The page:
From sports stadium models to aerial photographs, Mountain Heritage has something for everyone

June 15, 2013|By RICHARD F. BELISLE |
  • Members of the West Virginia bluegrass band The Hillbilly Gypsies,from left, Ty Jayquay on the fiddle, Dave Asti on the banjo, and Trae Buckner on the guitar jammed for the crowd Saturday afternoon at the Mountain Heritage Arts & Crafts Festival at Sam Michaels Park in Shenandoah Junction, W.Va.
By Joe Crocetta / Staff Photographer

HARPERS FERRY, W.Va. — Notably missing from the 42nd spring Mountain Heritage Arts & Crafts Festival this weekend was the booth occupied by Pam and Ren Parziale, owners of Sycamore Pottery in Kearneysville, W.Va.

Instead of plates, bowls and vases, the shelves and walls carried the works of mixed-media artisan Rebecca Grace Jones of Shepherdstown, W.Va.

The Parziales have been setting up their booth on the corner of tent No. 3 since the Jefferson County Chamber of Commerce held the first craft show in 1972. The couple said it was time to end their run of setting up for both festivals over 41 years.

“We’re not getting any younger,” Pam Parziale said. “Ren’s 75 and I’m 70. We believe it’s time to encourage younger artisans to take over.”

“We’ve slowed down, yes. Stopping, no,” Ren Parziale said. “Our studio is busier than ever.

“It’s hard to believe that setting up the booth all those years has brought in enough money for more bags of groceries than you can count and paying college tuitions for four children.”

The festival is held twice each year, in June and September. The festival’s fall edition will be Sept. 28-30, Heather McIntyre, the chamber’s executive director, said Saturday.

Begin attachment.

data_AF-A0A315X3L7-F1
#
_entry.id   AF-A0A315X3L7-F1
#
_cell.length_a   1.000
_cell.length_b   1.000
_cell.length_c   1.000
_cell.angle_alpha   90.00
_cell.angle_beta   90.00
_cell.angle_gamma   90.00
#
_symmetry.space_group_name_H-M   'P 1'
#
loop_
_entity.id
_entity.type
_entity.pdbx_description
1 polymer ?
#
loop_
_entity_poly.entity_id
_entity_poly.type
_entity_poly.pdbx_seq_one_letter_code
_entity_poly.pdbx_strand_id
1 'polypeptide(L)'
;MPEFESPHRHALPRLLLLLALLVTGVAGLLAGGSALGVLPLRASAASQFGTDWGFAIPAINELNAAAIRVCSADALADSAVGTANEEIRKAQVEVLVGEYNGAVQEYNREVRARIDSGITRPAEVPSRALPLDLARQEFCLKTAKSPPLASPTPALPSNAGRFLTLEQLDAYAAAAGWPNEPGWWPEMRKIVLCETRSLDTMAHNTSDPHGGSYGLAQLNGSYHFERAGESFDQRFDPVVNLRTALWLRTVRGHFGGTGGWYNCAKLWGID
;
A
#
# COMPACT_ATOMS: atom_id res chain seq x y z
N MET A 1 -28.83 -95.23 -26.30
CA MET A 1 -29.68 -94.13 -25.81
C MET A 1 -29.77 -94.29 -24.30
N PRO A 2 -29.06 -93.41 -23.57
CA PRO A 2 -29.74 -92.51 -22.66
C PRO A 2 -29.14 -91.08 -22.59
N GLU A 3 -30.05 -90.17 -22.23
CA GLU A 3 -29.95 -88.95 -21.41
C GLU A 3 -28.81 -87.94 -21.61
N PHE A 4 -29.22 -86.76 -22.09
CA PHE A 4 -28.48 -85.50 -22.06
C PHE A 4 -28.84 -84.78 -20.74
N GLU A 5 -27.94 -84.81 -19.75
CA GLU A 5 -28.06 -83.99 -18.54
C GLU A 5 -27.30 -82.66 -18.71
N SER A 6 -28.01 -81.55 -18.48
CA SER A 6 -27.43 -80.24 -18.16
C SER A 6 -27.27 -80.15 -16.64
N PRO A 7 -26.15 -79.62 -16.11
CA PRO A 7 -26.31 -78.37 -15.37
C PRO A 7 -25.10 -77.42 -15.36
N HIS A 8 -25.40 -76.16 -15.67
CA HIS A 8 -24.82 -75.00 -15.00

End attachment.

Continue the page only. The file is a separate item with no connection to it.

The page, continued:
McIntyre said 192 vendors were set up this weekend. She predicted that nearly 10,000 patrons would pass through the gates between Friday and Sunday.

The festival, held at Sam Michaels Park on Job Corps Road, opens Sunday at 10 a.m. and runs to 5 p.m.

It’s the chamber’s biggest fundraiser of the year, McIntyre said. After expenses, the chamber supports area nonprofit and charitable agencies, she said. 

Chris Skovira of Hot Springs, Va., brought his Home Fields Inc. professional sports stadium models to the festival for the second year. He fashions them with layered fiber board decorated with photographic images of actual sports arenas — from modern stadiums such as Camden Yards to artists renderings of long-gone venues such as Memorial Stadium.

“I grew up in Baltimore. I love the Orioles and the Ravens,” he said.

Greg Cromer of Stephens City, Va., sat surrounded by hundreds of 16-inch-by-20-inch aerial photographs of towns, homes, schools and colleges, and commercial and industrial images.

He plies the skies over Maryland, Virginia, West Virginia, Pennsylvania and Delaware, photographing subjects he hopes will tempt festival-goers and online customers.

“My goal is to shoot every town in those five states,” he said. “I started in 2008 on a five-year mission. Unlike Google Earth, which photographs straight down, I try to find a beauty spot in my photos. My favorite is to fly higher than the mountains so I can see miles away.”

Sisters Patty Burt of Berryville, Va., and Shaila McCall of St. Charles, Md., were walking between tents. Both were carrying bags with their purchases.

“This is our third year here,” Burt said. “We like this festival and its odd and unusual crafts.”

“There’s a lot of artwork and jewelry,” McCall said. “It just depends on what you like.”

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